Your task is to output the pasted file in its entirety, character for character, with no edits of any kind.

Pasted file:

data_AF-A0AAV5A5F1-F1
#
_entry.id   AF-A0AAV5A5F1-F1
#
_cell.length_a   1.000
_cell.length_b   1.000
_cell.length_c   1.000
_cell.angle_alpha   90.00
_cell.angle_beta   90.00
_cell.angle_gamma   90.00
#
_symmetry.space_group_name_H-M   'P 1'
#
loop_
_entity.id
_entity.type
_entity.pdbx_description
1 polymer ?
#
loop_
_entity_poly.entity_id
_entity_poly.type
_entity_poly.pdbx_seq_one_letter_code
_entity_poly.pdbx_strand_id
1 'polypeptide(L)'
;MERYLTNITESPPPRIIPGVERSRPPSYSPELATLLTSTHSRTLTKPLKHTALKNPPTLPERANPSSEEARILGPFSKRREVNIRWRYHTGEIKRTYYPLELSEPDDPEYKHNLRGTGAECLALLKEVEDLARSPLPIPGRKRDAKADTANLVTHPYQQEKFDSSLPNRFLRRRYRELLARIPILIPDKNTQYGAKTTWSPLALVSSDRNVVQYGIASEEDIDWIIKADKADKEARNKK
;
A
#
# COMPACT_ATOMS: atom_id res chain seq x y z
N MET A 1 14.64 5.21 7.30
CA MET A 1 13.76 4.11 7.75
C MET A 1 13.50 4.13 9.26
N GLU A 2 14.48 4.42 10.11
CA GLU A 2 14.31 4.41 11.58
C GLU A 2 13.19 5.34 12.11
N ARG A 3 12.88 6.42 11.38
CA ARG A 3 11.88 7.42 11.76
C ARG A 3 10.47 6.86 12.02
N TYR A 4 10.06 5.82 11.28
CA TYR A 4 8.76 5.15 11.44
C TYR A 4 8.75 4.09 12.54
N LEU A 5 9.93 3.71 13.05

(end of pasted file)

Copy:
data_AF-A0AAV5A5F1-F1
#
_entry.id   AF-A0AAV5A5F1-F1
#
_cell.length_a   1.000
_cell.length_b   1.000
_cell.length_c   1.000
_cell.angle_alpha   90.00
_cell.angle_beta   90.00
_cell.angle_gamma   90.00
#
_symmetry.space_group_name_H-M   'P 1'
#
loop_
_entity.id
_entity.type
_entity.pdbx_description
1 polymer ?
#
loop_
_entity_poly.entity_id
_entity_poly.type
_entity_poly.pdbx_seq_one_letter_code
_entity_poly.pdbx_strand_id
1 'polypeptide(L)'
;MERYLTNITESPPPRIIPGVERSRPPSYSPELATLLTSTHSRTLTKPLKHTALKNPPTLPERANPSSEEARILGPFSKRREVNIRWRYHTGEIKRTYYPLELSEPDDPEYKHNLRGTGAECLALLKEVEDLARSPLPIPGRKRDAKADTANLVTHPYQQEKFDSSLPNRFLRRRYRELLARIPILIPDKNTQYGAKTTWSPLALVSSDRNVVQYGIASEEDIDWIIKADKADKEARNKK
;
A
#
# COMPACT_ATOMS: atom_id res chain seq x y z
N MET A 1 14.64 5.21 7.30
CA MET A 1 13.76 4.11 7.75
C MET A 1 13.50 4.13 9.26
N GLU A 2 14.48 4.42 10.11
CA GLU A 2 14.31 4.41 11.58
C GLU A 2 13.19 5.34 12.11
N ARG A 3 12.88 6.42 11.38
CA ARG A 3 11.88 7.42 11.76
C ARG A 3 10.47 6.86 12.02
N TYR A 4 10.06 5.82 11.28
CA TYR A 4 8.76 5.15 11.44
C TYR A 4 8.75 4.09 12.54
N LEU A 5 9.93 3.71 13.05